The Mayor of London, Boris Johnson, has formed a board of academics, entrepreneurs and businesses to develop a plan to create a 'Smart London' that puts technological innovation at the centre of making the capital a better place to live, work and invest.

Headed up by Professor David Gann, head of innovation and entrepreneurship at Imperial College Business School, the board will look at how the capital can best invest in technology and data to ensure it remains one of the world's most efficient and liveable cities.

"London has been at the forefront of technological wizardry for generations, but in a rapidly changing world we will need to work harder than ever to stay ahead of the game," said The Mayor of London, Boris Johnson.

"We must harness the huge potential that new technology offers us and by drawing on the expertise of some of the brightest minds around we can make our great city an even smarter one too."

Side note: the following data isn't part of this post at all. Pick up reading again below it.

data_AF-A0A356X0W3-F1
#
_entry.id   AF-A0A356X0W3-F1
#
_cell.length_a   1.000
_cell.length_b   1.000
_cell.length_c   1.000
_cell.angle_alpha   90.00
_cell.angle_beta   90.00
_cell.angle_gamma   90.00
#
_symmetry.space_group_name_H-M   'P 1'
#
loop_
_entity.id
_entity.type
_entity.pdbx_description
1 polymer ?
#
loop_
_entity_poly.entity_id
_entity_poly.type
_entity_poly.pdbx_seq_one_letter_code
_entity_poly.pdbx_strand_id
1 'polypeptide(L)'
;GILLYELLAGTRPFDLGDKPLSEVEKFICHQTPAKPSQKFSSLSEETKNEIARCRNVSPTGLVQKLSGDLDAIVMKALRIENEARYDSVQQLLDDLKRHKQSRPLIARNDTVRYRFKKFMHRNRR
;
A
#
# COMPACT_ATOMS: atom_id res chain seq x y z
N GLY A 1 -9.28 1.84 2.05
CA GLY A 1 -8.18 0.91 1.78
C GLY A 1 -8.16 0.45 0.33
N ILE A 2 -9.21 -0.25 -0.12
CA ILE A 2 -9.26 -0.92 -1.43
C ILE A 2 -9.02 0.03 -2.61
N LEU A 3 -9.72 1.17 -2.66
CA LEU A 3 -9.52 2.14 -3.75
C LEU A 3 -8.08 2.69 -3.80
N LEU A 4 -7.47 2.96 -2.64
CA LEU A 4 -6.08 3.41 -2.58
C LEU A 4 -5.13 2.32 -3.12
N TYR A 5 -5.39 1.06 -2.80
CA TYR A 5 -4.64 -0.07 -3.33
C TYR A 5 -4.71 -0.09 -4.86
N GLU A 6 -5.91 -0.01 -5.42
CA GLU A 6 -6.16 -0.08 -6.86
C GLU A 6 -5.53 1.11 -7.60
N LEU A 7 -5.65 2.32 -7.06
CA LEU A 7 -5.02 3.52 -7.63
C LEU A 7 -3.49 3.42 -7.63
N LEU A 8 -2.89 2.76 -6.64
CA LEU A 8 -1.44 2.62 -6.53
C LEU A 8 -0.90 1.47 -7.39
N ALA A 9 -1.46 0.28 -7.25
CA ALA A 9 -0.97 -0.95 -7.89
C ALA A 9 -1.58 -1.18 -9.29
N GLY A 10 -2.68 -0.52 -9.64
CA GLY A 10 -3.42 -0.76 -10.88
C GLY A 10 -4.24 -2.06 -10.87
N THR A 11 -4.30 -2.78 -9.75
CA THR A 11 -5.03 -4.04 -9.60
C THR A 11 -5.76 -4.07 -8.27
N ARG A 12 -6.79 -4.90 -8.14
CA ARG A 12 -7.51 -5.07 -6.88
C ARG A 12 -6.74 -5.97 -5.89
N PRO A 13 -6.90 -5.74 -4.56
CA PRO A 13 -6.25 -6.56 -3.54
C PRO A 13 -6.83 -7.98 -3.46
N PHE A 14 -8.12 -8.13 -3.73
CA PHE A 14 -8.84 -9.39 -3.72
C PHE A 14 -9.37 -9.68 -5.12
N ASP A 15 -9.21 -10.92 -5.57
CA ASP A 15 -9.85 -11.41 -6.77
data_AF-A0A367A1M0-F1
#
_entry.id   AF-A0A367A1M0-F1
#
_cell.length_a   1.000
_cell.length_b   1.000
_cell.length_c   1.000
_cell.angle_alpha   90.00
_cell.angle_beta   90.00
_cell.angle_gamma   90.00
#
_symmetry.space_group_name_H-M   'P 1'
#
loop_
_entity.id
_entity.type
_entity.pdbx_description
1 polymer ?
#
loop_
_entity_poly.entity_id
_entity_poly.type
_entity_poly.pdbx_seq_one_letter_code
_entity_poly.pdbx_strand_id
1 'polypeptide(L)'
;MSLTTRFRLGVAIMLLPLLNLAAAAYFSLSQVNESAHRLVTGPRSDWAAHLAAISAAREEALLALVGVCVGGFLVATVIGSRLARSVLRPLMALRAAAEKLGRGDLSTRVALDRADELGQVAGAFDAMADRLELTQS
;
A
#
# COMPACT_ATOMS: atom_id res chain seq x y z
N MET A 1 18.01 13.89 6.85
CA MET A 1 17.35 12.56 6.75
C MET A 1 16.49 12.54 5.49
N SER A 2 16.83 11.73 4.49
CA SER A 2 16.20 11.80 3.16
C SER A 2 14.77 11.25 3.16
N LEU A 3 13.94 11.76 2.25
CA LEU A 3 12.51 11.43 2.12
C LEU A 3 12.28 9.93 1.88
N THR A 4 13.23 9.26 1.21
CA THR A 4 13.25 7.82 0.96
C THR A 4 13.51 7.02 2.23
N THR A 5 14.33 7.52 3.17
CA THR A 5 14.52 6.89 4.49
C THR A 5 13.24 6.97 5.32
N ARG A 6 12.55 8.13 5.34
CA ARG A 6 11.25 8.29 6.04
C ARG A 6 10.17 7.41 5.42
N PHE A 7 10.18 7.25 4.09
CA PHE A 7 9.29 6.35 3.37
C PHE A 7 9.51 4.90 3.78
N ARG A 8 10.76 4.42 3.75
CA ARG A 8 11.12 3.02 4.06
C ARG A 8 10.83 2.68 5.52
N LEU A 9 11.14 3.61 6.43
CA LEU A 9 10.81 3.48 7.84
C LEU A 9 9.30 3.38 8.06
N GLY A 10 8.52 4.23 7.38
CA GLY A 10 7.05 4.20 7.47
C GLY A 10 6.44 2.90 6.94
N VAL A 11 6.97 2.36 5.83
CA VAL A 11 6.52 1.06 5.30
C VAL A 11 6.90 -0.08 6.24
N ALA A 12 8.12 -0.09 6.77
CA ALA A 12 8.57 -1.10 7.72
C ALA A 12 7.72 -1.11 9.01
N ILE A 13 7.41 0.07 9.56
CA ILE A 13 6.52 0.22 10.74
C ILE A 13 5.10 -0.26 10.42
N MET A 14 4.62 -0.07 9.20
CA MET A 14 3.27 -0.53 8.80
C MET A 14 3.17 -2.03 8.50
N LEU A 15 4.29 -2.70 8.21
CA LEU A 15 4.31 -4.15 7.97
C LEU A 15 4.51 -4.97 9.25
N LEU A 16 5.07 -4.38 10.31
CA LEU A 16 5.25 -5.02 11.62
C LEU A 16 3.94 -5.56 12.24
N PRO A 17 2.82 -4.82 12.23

He added: "I'm delighted to welcome on board a fantastic line up of experts to help spur the kind of innovation and entrepreneurship that will secure London's future as the best big city on earth."

For a full list of the Board's members, click here.

London's reputation as a 'smart city' was brought into disrepute recently, when SAP's global VP of Urban Matters, Sean O'Brien, said that the UK's cities are falling behind their global peers as austerity stifles innovation in the development of smart city applications, which could be of benefit to millions citizens across the country.

O'Brien also claimed the UK government doesn't recognise that the majority of growth is driven out of its cities, which should propel increased investment in making them smarter, more efficient and easier to live in.

Upon the launch of the new board to tackle the problem, Professor Gann said: "With the help of the Smart London board we will harness London's knowledge base - from London's universities to its innovative entrepreneurs, from open to big data, from libraries to museums - in new ways, using new technology to create jobs and growth for the capital, and an even better London experience."

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